Student inclusivity project goes viral

The 2018 Prairie Land Regional Division (PLRD) Inclusivity Project winners were announced in Hanna on Thurs. Dec. 19. From
the left, Thomas Chapin, Madeline Cuncannon and Taylor Davidson. Their project focused on the Inclusion of LGBTQ2S+ Individuals in Sport.
ECA Review/Submitted

It’s all in a hard days work for Madeline Cuncannon, Taylor Davidson and Thomas Chapin.

The group of three have officially won a two-week trip to Frankfurt, Germany after winning the Prairie Land Regional Division (PLRD) Inclusivity Project.

Beginning last year, a trip most likely to Europe lights a fire within students to do their best to inspire and interact with their school and community, focusing on inclusion of the LGBTQ2S+ individuals in sports.

Cuncannon came up with the idea of inviting former NFL player, singer and openly gay man, Esera Tuaolo to present to the school on this specific inclusion after seeing him speak at a WE conference.

He even performed on The Voice with ‘Team Blake’ last season.

“The project went amazingly well,” said Morrin School Principal Don Yavis. “These trips are highly motivational but as time goes on, it’s not about that trip. That trip is out the window and then all the sudden you’re just engulfed with what you are doing and how you feel about it.”

“It feels amazing to know that all my hard worked paid off and that I get to go to Germany,” said an excited Cuncannon.

They called Tuaolo who found the idea to be worth pursuing so the School agreed to cover hotel, meals, travel and pick him up at the airport when he arrived for two days.

On Fri. Dec. 7, Tuaolo spoke for an hour about his upbringing and the struggles he endured hiding his sexuality before singing a couple of inspirational songs called ‘This is Me’ and ‘Rise Up’.

After the keynote speech, the junior and senior high school students from both Morrin and Delia were split into different workshops centring around inclusivity.

Each workshop was an hour in length.

“They got to make their own groups and have some quite creative freedom to make their own poster that solidified a safe space where the poster was to be hung,” said Cuncannon.

The second workshop tackled homophobia in youth so the groups made a ‘homophobic spectrum’.

“All the kids got to get involved and place slanderous words on a scale as to how appropriate or inappropriate they were and then we made posters for alternative words to gay to put on our GSA [Gay- Straight Alliance] board at Morrin and Delia,” said Cuncannon.

Morrin School junior/senior high students create posters demonstrating safe spaces during a workshop on Fri. Dec. 7. One of the posters was hung in the Drumheller arena. ECA Review/Submitted

Later that evening, Cuncannon and Davidson alongside Drumheller Dragon’s Dudley the Dragon mascot and Tuaolo were given the honour of dropping the puck before the hockey game began.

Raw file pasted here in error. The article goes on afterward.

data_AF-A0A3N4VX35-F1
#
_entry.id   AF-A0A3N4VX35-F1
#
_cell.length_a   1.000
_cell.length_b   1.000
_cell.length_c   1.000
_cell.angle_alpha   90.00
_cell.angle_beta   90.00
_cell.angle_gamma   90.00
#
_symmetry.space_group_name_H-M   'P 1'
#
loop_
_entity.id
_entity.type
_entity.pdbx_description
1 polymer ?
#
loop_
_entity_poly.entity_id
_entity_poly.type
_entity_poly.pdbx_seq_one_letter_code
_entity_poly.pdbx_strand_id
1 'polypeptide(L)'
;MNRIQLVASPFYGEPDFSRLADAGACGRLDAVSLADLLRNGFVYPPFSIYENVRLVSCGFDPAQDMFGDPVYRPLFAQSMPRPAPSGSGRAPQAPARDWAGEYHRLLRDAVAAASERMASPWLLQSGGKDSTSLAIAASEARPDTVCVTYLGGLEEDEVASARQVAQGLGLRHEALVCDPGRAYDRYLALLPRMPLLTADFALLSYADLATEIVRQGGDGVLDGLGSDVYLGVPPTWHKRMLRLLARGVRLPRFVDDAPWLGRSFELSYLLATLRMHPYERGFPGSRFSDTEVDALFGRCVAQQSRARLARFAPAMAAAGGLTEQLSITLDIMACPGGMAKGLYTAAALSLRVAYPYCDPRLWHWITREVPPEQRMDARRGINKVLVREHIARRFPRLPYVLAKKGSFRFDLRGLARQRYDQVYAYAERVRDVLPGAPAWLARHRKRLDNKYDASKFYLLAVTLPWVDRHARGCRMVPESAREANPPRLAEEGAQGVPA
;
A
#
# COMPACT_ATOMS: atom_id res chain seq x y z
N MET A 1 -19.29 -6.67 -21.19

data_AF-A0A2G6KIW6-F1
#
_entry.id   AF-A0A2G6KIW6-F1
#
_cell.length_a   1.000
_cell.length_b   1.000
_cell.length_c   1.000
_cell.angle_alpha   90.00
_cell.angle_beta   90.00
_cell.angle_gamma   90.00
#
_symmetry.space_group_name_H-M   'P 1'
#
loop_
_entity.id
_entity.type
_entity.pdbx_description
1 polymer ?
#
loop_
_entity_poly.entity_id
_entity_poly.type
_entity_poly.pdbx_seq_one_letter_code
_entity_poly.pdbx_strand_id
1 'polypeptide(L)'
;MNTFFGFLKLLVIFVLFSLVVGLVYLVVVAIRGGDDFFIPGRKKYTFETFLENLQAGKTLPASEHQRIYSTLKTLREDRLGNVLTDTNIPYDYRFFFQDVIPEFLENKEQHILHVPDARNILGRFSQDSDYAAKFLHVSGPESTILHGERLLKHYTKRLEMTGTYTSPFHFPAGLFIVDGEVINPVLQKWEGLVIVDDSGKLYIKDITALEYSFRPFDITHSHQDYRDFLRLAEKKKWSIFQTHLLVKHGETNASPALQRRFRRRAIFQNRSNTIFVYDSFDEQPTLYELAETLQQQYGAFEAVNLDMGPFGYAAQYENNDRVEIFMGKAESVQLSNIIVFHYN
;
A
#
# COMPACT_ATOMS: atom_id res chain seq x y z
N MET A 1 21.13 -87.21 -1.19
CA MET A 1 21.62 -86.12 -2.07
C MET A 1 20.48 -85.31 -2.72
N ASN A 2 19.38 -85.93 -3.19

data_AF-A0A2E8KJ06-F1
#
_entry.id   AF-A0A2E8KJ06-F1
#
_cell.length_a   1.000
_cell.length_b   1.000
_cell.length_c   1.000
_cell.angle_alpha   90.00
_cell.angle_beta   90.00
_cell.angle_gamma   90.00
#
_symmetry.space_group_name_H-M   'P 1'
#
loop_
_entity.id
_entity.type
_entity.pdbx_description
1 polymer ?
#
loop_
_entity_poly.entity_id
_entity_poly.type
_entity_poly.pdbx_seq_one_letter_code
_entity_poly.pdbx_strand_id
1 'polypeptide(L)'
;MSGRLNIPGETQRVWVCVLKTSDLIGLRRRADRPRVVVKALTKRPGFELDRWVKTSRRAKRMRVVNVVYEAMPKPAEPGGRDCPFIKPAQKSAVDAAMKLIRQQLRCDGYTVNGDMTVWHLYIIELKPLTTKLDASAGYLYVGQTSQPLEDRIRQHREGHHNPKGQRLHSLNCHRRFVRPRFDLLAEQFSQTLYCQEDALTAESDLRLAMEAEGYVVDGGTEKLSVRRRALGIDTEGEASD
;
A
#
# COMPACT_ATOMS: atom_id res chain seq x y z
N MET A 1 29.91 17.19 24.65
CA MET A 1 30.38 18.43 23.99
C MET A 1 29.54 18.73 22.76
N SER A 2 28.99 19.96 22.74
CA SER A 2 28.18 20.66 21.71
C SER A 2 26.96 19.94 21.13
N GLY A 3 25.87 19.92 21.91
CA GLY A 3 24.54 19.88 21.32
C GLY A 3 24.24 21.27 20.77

Tuaolo also sang a couple of songs to the crowd during intermissions.

One of the safe space banners created by the workshop groups was hung in the Drumheller Memorial Arena. Cuncannon set up a Twitter account which subsequently blew up in terms of views, retweets, and likes on their project.

People have made contact from Ireland, USA and India on the post. The group even teamed up with another group from Minneapolis, Minnesota after the post was put up as they were doing an extremely similar idea.

“[Tuaolo] was all over social media about Morrin School and we were all over social media. Maddy set up a Twitter account and tweeted out the project information and stuff and it’s [the video] has had over 50,000 views in five weeks,” said Yavis. “So I’m pretty impressed with how this all went down.”

The project sparked an interest for students to begin a Gay-Straight Alliance (GSA) within Morrin School which is a student-led program allowing students a place to feel more comfortable.

Delia School started their’s a couple of years ago.

“I think it’s made those people even that much more comfortable in the school and one of the key messages Esera had was “You’re not alone” and I think that has really helped,” said Yavis. “It’s now allowing students in that community to feel safe and to come forward and to talk about it as opposed to being alone and hiding.”

Cuncannon added “It’s not even just the students who are affected. I feel like our project sparked a conversation in the adult world in Drumheller and Morrin and Delia. Instead of making fun of it and just having negative things to say, I think it’s opened their mind to what it truly is instead of stigma and I think that’s really cool that people are talking.”


Terri Huxley
ECA Review

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